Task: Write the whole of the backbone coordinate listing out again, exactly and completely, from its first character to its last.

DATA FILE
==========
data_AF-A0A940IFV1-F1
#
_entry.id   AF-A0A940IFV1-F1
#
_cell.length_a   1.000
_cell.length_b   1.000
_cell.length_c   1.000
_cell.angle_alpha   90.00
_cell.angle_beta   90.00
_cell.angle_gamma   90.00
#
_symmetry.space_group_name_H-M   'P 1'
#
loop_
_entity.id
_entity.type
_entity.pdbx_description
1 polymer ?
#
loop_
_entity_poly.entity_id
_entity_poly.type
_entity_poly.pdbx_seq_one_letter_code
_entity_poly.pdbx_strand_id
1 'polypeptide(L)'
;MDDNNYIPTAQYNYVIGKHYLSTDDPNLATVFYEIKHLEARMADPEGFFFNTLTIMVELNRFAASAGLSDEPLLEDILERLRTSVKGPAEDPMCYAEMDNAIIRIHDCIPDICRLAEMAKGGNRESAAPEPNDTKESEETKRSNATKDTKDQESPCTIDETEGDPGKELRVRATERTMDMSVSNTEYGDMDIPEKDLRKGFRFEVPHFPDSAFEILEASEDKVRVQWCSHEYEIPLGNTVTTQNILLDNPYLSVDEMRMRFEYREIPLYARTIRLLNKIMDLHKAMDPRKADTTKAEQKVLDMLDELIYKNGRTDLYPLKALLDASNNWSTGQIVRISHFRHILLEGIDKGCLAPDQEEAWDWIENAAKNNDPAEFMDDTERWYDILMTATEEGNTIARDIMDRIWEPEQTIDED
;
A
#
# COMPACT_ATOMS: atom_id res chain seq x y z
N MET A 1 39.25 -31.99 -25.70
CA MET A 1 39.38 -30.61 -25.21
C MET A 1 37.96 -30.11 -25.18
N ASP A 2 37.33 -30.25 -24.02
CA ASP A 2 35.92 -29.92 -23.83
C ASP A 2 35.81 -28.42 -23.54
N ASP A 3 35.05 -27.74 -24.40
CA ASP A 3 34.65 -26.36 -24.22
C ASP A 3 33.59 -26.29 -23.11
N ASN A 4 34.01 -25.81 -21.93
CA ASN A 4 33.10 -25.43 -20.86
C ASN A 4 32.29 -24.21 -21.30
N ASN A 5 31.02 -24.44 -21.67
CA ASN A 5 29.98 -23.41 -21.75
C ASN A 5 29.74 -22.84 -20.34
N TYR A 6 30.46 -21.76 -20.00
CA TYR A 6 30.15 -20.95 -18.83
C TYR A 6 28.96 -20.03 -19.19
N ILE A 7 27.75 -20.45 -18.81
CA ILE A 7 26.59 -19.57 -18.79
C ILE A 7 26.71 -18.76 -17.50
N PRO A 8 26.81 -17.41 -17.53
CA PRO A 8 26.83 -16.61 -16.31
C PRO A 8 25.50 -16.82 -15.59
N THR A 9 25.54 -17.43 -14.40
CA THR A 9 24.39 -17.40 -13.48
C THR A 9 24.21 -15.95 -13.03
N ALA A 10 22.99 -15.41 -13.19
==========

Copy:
data_AF-A0A940IFV1-F1
#
_entry.id   AF-A0A940IFV1-F1
#
_cell.length_a   1.000
_cell.length_b   1.000
_cell.length_c   1.000
_cell.angle_alpha   90.00
_cell.angle_beta   90.00
_cell.angle_gamma   90.00
#
_symmetry.space_group_name_H-M   'P 1'
#
loop_
_entity.id
_entity.type
_entity.pdbx_description
1 polymer ?
#
loop_
_entity_poly.entity_id
_entity_poly.type
_entity_poly.pdbx_seq_one_letter_code
_entity_poly.pdbx_strand_id
1 'polypeptide(L)'
;MDDNNYIPTAQYNYVIGKHYLSTDDPNLATVFYEIKHLEARMADPEGFFFNTLTIMVELNRFAASAGLSDEPLLEDILERLRTSVKGPAEDPMCYAEMDNAIIRIHDCIPDICRLAEMAKGGNRESAAPEPNDTKESEETKRSNATKDTKDQESPCTIDETEGDPGKELRVRATERTMDMSVSNTEYGDMDIPEKDLRKGFRFEVPHFPDSAFEILEASEDKVRVQWCSHEYEIPLGNTVTTQNILLDNPYLSVDEMRMRFEYREIPLYARTIRLLNKIMDLHKAMDPRKADTTKAEQKVLDMLDELIYKNGRTDLYPLKALLDASNNWSTGQIVRISHFRHILLEGIDKGCLAPDQEEAWDWIENAAKNNDPAEFMDDTERWYDILMTATEEGNTIARDIMDRIWEPEQTIDED
;
A
#
# COMPACT_ATOMS: atom_id res chain seq x y z
N MET A 1 39.25 -31.99 -25.70
CA MET A 1 39.38 -30.61 -25.21
C MET A 1 37.96 -30.11 -25.18
N ASP A 2 37.33 -30.25 -24.02
CA ASP A 2 35.92 -29.92 -23.83
C ASP A 2 35.81 -28.42 -23.54
N ASP A 3 35.05 -27.74 -24.40
CA ASP A 3 34.65 -26.36 -24.22
C ASP A 3 33.59 -26.29 -23.11
N ASN A 4 34.01 -25.81 -21.93
CA ASN A 4 33.10 -25.43 -20.86
C ASN A 4 32.29 -24.21 -21.30
N ASN A 5 31.02 -24.44 -21.67
CA ASN A 5 29.98 -23.41 -21.75
C ASN A 5 29.74 -22.84 -20.34
N TYR A 6 30.46 -21.76 -20.00
CA TYR A 6 30.15 -20.95 -18.83
C TYR A 6 28.96 -20.03 -19.19
N ILE A 7 27.75 -20.45 -18.81
CA ILE A 7 26.59 -19.57 -18.79
C ILE A 7 26.71 -18.76 -17.50
N PRO A 8 26.81 -17.41 -17.53
CA PRO A 8 26.83 -16.61 -16.31
C PRO A 8 25.50 -16.82 -15.59
N THR A 9 25.54 -17.43 -14.40
CA THR A 9 24.39 -17.40 -13.48
C THR A 9 24.21 -15.95 -13.03
N ALA A 10 22.99 -15.41 -13.19